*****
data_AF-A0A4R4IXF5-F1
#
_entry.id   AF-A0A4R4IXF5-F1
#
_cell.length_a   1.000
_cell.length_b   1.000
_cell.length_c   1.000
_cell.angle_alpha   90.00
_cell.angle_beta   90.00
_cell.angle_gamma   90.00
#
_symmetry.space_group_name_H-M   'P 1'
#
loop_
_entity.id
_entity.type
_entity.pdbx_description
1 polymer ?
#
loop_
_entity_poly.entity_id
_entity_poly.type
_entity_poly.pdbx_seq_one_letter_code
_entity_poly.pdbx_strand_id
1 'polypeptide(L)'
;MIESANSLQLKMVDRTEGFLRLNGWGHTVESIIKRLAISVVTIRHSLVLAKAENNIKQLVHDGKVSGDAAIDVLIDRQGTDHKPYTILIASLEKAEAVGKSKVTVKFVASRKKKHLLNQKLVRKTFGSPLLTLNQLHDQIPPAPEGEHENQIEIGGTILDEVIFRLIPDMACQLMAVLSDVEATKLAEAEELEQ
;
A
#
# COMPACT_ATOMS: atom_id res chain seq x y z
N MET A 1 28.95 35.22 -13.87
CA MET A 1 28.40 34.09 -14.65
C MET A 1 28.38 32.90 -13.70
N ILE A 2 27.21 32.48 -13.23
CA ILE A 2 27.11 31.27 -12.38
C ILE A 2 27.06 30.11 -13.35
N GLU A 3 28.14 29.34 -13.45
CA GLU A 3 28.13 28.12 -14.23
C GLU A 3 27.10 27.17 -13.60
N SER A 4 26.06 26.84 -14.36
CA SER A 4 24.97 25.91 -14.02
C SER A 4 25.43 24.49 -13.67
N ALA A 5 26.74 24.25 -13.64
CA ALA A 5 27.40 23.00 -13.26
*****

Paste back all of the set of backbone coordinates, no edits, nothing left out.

data_AF-A0A4R4IXF5-F1
#
_entry.id   AF-A0A4R4IXF5-F1
#
_cell.length_a   1.000
_cell.length_b   1.000
_cell.length_c   1.000
_cell.angle_alpha   90.00
_cell.angle_beta   90.00
_cell.angle_gamma   90.00
#
_symmetry.space_group_name_H-M   'P 1'
#
loop_
_entity.id
_entity.type
_entity.pdbx_description
1 polymer ?
#
loop_
_entity_poly.entity_id
_entity_poly.type
_entity_poly.pdbx_seq_one_letter_code
_entity_poly.pdbx_strand_id
1 'polypeptide(L)'
;MIESANSLQLKMVDRTEGFLRLNGWGHTVESIIKRLAISVVTIRHSLVLAKAENNIKQLVHDGKVSGDAAIDVLIDRQGTDHKPYTILIASLEKAEAVGKSKVTVKFVASRKKKHLLNQKLVRKTFGSPLLTLNQLHDQIPPAPEGEHENQIEIGGTILDEVIFRLIPDMACQLMAVLSDVEATKLAEAEELEQ
;
A
#
# COMPACT_ATOMS: atom_id res chain seq x y z
N MET A 1 28.95 35.22 -13.87
CA MET A 1 28.40 34.09 -14.65
C MET A 1 28.38 32.90 -13.70
N ILE A 2 27.21 32.48 -13.23
CA ILE A 2 27.11 31.27 -12.38
C ILE A 2 27.06 30.11 -13.35
N GLU A 3 28.14 29.34 -13.45
CA GLU A 3 28.13 28.12 -14.23
C GLU A 3 27.10 27.17 -13.60
N SER A 4 26.06 26.84 -14.36
CA SER A 4 24.97 25.91 -14.02
C SER A 4 25.43 24.49 -13.67
N ALA A 5 26.74 24.25 -13.64
CA ALA A 5 27.40 23.00 -13.26